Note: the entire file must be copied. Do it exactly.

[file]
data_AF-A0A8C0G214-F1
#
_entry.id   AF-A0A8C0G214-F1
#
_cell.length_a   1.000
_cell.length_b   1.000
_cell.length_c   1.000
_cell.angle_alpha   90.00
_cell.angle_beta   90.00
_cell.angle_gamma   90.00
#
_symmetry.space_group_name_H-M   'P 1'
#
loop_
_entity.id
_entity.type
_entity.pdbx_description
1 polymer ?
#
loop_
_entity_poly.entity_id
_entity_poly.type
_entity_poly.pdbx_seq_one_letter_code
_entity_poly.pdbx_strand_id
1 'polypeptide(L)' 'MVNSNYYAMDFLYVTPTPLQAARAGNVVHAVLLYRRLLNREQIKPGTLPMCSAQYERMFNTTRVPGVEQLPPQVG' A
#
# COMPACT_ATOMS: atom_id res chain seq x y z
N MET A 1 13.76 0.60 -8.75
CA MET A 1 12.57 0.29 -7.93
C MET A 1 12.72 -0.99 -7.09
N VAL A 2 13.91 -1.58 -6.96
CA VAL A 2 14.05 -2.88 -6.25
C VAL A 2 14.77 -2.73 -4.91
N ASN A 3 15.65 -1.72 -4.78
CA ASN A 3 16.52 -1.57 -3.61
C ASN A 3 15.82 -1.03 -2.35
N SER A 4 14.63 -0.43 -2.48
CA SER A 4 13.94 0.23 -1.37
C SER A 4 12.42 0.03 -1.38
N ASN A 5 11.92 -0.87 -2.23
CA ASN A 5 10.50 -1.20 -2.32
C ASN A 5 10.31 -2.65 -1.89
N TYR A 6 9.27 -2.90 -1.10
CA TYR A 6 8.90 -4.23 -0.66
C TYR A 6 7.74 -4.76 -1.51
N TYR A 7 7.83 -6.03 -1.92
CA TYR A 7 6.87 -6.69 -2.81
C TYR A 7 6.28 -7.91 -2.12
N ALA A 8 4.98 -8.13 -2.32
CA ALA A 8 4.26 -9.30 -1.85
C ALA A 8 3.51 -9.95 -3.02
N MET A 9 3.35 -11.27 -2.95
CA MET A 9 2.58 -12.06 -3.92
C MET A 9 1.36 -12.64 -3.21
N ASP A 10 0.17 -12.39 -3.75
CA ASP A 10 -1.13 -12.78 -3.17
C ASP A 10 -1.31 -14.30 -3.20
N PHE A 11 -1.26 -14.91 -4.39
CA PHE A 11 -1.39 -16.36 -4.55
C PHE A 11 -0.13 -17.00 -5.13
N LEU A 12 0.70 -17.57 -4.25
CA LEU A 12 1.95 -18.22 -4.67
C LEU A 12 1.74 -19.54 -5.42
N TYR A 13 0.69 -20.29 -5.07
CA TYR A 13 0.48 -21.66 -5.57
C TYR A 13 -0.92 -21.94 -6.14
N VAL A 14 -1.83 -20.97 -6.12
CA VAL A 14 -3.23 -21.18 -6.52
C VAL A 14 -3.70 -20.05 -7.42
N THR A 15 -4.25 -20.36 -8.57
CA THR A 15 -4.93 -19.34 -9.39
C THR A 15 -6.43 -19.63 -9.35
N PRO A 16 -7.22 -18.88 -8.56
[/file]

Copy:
data_AF-A0A8C0G214-F1
#
_entry.id   AF-A0A8C0G214-F1
#
_cell.length_a   1.000
_cell.length_b   1.000
_cell.length_c   1.000
_cell.angle_alpha   90.00
_cell.angle_beta   90.00
_cell.angle_gamma   90.00
#
_symmetry.space_group_name_H-M   'P 1'
#
loop_
_entity.id
_entity.type
_entity.pdbx_description
1 polymer ?
#
loop_
_entity_poly.entity_id
_entity_poly.type
_entity_poly.pdbx_seq_one_letter_code
_entity_poly.pdbx_strand_id
1 'polypeptide(L)' 'MVNSNYYAMDFLYVTPTPLQAARAGNVVHAVLLYRRLLNREQIKPGTLPMCSAQYERMFNTTRVPGVEQLPPQVG' A
#
# COMPACT_ATOMS: atom_id res chain seq x y z
N MET A 1 13.76 0.60 -8.75
CA MET A 1 12.57 0.29 -7.93
C MET A 1 12.72 -0.99 -7.09
N VAL A 2 13.91 -1.58 -6.96
CA VAL A 2 14.05 -2.88 -6.25
C VAL A 2 14.77 -2.73 -4.91
N ASN A 3 15.65 -1.72 -4.78
CA ASN A 3 16.52 -1.57 -3.61
C ASN A 3 15.82 -1.03 -2.35
N SER A 4 14.63 -0.43 -2.48
CA SER A 4 13.94 0.23 -1.37
C SER A 4 12.42 0.03 -1.38
N ASN A 5 11.92 -0.87 -2.23
CA ASN A 5 10.50 -1.20 -2.32
C ASN A 5 10.31 -2.65 -1.89
N TYR A 6 9.27 -2.90 -1.10
CA TYR A 6 8.90 -4.23 -0.66
C TYR A 6 7.74 -4.76 -1.51
N TYR A 7 7.83 -6.03 -1.92
CA TYR A 7 6.87 -6.69 -2.81
C TYR A 7 6.28 -7.91 -2.12
N ALA A 8 4.98 -8.13 -2.32
CA ALA A 8 4.26 -9.30 -1.85
C ALA A 8 3.51 -9.95 -3.02
N MET A 9 3.35 -11.27 -2.95
CA MET A 9 2.58 -12.06 -3.92
C MET A 9 1.36 -12.64 -3.21
N ASP A 10 0.17 -12.39 -3.75
CA ASP A 10 -1.13 -12.78 -3.17
C ASP A 10 -1.31 -14.30 -3.20
N PHE A 11 -1.26 -14.91 -4.39
CA PHE A 11 -1.39 -16.36 -4.55
C PHE A 11 -0.13 -17.00 -5.13
N LEU A 12 0.70 -17.57 -4.25
CA LEU A 12 1.95 -18.22 -4.67
C LEU A 12 1.74 -19.54 -5.42
N TYR A 13 0.69 -20.29 -5.07
CA TYR A 13 0.48 -21.66 -5.57
C TYR A 13 -0.92 -21.94 -6.14
N VAL A 14 -1.83 -20.97 -6.12
CA VAL A 14 -3.23 -21.18 -6.52
C VAL A 14 -3.70 -20.05 -7.42
N THR A 15 -4.25 -20.36 -8.57
CA THR A 15 -4.93 -19.34 -9.39
C THR A 15 -6.43 -19.63 -9.35
N PRO A 16 -7.22 -18.88 -8.56